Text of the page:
The bill passed by Congress in late December to keep most of the federal government funded for another month also provided a temporary reprieve to a number of health programs in danger of running out of money, most notably the Children’s Health Insurance Program, or CHIP.
Funding for CHIP technically expired Oct. 1. States have been operating their programs with leftover funds provided by the Department of Health and Human Services since then. But nearly half of the states were projected to run out of money entirely by the end of January, putting health coverage for nearly 2 million children at risk by that point.
The funding provided by Congress for CHIP — $2.85 billion — is for six months, but it is back-dated to Oct. 1, so it will run out at the end of March 2018. The program covers 9 million children across the country.
This week, Alabama announced it would curtail enrollment and renewals starting Jan. 1, and start disenrolling children currently in the program Feb. 1. On Friday, the state posted a notice on its website that those plans were now canceled. Several other states, including Colorado, Virginia and Utah, have begun the process of notifying families that their coverage could end unless Congress acts.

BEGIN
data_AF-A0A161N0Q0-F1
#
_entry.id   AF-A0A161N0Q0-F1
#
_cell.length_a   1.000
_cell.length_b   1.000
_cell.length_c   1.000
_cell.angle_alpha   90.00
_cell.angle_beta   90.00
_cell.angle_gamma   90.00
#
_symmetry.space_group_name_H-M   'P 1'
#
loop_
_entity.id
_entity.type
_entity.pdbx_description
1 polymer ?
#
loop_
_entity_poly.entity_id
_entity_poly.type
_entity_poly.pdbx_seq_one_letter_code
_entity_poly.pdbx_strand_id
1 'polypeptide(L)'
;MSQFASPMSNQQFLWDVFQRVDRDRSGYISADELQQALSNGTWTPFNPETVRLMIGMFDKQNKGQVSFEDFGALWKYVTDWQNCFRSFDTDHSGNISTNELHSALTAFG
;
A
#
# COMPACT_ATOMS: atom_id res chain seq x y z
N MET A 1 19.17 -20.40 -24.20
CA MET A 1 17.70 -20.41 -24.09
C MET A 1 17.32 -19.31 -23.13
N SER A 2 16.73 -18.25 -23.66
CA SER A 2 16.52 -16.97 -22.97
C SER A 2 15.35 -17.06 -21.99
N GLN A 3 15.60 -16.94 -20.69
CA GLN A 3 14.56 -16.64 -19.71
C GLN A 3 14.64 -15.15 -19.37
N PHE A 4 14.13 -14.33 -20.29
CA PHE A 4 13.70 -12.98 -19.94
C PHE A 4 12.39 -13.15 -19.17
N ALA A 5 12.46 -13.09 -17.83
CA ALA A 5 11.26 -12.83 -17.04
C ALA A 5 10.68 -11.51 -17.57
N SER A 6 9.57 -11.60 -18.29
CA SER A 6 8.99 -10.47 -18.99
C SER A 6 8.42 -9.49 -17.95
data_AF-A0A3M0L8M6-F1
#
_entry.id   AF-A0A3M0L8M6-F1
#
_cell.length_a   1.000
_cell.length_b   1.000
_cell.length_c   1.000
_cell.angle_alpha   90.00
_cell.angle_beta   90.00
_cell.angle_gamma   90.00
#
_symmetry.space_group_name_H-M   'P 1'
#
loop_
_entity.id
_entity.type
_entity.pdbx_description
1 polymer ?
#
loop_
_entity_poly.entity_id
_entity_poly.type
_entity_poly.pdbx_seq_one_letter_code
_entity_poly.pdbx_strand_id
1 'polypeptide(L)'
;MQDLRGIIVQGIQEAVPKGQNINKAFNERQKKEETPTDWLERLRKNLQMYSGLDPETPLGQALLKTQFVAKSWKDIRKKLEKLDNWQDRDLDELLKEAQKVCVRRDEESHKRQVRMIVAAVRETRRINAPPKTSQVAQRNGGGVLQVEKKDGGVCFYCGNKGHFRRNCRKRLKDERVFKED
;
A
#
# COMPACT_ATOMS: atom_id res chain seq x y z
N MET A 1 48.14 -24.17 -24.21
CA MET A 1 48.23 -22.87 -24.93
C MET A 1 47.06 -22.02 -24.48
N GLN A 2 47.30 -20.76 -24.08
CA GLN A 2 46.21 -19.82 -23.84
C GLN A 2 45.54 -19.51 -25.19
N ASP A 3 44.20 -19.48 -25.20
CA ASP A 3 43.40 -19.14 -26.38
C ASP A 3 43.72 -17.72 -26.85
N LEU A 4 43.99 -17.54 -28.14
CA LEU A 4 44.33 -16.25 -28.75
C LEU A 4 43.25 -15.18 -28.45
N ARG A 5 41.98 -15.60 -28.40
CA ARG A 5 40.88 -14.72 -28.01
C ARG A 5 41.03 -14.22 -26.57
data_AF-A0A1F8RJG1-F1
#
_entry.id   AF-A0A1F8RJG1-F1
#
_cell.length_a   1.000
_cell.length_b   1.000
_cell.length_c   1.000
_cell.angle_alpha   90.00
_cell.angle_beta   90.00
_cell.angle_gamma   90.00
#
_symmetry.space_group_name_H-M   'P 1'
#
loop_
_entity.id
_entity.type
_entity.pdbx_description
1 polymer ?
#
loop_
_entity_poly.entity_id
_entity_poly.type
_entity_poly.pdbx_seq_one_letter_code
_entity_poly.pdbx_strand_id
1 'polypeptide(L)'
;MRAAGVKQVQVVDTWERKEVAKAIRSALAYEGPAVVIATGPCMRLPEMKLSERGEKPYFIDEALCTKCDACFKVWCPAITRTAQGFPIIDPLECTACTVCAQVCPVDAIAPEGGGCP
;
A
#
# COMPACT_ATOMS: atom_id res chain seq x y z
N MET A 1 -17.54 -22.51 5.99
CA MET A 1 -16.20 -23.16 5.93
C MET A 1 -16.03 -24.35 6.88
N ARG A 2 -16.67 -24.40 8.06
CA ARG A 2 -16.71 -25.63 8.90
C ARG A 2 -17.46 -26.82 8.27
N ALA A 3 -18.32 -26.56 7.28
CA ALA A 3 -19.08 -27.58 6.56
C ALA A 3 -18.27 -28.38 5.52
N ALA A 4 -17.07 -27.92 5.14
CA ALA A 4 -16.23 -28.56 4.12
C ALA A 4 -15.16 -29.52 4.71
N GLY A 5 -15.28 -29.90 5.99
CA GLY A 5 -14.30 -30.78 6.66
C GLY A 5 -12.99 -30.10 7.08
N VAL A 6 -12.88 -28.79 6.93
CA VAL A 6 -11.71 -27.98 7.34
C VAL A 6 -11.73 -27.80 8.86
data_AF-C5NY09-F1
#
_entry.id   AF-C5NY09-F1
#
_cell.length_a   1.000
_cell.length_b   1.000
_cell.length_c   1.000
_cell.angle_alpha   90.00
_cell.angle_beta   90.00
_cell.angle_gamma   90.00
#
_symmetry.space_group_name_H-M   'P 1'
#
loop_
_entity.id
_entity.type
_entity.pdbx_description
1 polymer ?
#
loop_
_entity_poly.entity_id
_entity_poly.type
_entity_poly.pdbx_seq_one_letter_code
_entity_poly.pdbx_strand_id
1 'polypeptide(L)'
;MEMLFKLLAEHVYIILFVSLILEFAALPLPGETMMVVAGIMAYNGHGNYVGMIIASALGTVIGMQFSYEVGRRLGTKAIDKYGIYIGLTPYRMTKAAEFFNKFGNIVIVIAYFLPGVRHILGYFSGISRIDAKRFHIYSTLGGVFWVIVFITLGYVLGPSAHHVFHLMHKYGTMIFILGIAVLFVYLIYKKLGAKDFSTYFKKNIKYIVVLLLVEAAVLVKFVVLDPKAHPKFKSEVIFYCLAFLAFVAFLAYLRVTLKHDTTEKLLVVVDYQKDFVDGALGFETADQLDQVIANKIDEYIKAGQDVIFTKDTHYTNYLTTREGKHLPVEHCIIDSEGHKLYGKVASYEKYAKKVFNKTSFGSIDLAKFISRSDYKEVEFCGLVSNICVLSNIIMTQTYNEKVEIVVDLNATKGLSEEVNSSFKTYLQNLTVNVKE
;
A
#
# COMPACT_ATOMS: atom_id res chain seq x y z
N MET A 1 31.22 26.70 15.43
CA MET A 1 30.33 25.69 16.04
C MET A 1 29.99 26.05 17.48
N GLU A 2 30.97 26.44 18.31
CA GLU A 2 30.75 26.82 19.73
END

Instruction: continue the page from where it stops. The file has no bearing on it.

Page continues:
The funding bill also provided a temporary reprieve for a raft of other health programs that were running out of money, most notably the nation’s community health centers, which provide basic primary care to 27 million Americans. Many centers are already freezing hiring, laying off staff and closing sites due to the uncertain funding stream from Washington.
Other health programs that were set to expire but have been funded, for now, include the National Health Service Corps, which places health practitioners in medically underserved areas, and the teaching health centers program, which trains medical residents in community health centers.
Backers of CHIP complain that short-term funding fixes are disruptive to the program.
“By failing to extend long-term funding for the Children’s Health Insurance Program, Congress falls far short of the reassurance and relief families deserve,” said a statement from the American Academy of Pediatrics.
A coalition of children’s groups, including the Children’s Defense Fund and the March of Dimes, agreed, saying the short-term funding “only causes more chaos and confusion on the ground.”
Both Republicans and Democrats strongly support CHIP, which was created in a 1997 budget bill. What they disagree on is whether its funding — expected to be roughly $8 billion over the next 10 years — should be paid for by cutting other health programs. The House in November passed a five-year renewal that would finance CHIP primarily by reducing the Affordable Care Act’s Prevention and Public Health Fund and by raising some people’s Medicare premiums. Democrats question why CHIP needs to have its funding offset while Republicans are adding $1.4 trillion to the deficit through their tax cut bill.